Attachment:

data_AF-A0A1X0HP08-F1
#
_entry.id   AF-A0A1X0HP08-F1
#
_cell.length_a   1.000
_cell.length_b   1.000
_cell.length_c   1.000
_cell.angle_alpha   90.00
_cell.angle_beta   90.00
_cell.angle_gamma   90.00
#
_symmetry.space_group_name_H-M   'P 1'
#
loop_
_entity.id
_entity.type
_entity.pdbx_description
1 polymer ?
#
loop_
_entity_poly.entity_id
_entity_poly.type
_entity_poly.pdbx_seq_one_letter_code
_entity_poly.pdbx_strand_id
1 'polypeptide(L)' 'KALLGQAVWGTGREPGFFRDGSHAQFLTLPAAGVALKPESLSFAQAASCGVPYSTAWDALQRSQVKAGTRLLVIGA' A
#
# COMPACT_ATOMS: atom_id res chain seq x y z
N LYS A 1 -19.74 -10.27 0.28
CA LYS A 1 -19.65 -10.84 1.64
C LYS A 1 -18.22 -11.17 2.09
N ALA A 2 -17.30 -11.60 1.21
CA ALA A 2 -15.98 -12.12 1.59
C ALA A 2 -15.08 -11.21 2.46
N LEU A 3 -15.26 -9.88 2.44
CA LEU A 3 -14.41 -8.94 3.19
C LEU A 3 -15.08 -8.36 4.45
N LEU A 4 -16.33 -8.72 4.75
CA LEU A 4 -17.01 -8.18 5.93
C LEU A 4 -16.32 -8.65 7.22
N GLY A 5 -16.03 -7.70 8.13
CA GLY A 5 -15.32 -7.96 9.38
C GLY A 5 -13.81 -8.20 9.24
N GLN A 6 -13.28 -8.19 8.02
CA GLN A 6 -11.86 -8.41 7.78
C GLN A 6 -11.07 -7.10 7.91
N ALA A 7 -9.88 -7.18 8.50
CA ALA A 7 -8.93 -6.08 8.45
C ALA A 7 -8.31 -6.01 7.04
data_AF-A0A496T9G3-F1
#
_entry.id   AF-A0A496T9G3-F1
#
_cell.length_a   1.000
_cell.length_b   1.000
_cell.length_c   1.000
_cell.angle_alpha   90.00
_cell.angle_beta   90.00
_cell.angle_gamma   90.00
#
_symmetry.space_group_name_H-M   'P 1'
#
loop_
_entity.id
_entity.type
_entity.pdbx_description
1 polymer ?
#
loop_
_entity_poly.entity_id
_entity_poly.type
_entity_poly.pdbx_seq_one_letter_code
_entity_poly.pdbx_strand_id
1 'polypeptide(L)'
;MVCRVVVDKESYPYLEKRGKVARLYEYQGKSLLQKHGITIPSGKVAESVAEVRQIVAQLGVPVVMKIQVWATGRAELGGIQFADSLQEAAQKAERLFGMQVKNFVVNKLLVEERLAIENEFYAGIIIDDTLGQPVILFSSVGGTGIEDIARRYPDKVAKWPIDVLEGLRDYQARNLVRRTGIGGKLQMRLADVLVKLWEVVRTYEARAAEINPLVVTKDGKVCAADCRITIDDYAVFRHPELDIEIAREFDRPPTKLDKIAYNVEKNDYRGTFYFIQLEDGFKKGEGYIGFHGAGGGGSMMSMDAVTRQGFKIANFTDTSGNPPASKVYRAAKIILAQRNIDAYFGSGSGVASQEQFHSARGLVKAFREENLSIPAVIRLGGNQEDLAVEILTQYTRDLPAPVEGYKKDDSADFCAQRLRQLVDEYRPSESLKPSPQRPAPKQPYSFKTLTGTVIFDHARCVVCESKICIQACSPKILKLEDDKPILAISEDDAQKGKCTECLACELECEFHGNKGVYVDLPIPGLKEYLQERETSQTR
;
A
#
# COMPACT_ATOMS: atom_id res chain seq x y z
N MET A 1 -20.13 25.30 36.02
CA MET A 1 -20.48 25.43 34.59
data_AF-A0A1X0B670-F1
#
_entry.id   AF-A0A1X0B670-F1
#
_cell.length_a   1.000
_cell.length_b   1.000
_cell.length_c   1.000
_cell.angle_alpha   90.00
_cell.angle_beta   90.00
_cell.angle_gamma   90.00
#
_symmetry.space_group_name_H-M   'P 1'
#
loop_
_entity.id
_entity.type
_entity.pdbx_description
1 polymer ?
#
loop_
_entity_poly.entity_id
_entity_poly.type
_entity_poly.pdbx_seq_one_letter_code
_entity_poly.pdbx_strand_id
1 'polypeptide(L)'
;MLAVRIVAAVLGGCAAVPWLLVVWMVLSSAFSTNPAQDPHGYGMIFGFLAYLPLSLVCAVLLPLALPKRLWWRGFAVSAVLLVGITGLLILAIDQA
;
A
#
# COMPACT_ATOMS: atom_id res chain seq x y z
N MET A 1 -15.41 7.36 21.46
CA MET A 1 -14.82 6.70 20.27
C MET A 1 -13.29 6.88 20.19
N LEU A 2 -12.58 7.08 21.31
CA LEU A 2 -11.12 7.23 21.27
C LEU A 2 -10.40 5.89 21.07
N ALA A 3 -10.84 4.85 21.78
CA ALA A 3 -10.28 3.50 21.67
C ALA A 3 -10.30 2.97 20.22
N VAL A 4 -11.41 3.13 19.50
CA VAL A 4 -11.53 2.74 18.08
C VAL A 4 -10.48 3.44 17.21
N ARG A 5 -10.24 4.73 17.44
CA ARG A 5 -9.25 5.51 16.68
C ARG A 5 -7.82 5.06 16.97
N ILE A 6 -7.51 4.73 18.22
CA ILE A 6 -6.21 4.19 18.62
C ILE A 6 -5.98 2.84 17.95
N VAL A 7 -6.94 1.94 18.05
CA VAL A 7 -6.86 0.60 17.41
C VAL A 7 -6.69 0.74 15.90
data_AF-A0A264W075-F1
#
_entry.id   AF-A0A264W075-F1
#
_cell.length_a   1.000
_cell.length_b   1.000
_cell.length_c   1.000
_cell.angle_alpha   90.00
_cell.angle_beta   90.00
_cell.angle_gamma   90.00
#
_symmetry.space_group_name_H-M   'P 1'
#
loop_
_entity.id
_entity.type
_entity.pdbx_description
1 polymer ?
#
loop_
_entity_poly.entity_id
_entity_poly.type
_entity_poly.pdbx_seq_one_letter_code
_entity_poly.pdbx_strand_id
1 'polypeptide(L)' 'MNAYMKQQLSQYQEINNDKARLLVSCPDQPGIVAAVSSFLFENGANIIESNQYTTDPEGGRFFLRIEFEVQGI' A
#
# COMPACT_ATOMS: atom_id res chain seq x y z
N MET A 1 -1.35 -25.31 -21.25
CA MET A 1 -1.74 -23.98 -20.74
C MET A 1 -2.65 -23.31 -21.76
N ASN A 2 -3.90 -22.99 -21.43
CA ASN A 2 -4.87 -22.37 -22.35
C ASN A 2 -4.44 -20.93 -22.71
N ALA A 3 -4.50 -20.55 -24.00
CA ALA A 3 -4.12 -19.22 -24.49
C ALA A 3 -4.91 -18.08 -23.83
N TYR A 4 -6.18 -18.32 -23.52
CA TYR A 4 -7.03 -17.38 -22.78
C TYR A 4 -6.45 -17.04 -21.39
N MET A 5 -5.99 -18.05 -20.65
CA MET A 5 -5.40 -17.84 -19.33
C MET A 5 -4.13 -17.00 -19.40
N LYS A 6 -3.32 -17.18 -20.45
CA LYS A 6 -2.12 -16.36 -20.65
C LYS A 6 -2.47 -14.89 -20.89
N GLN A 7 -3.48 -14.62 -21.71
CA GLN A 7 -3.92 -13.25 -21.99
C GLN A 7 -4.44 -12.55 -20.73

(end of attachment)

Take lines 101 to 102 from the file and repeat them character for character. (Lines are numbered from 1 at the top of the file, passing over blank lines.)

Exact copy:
_entity_poly.entity_id
_entity_poly.type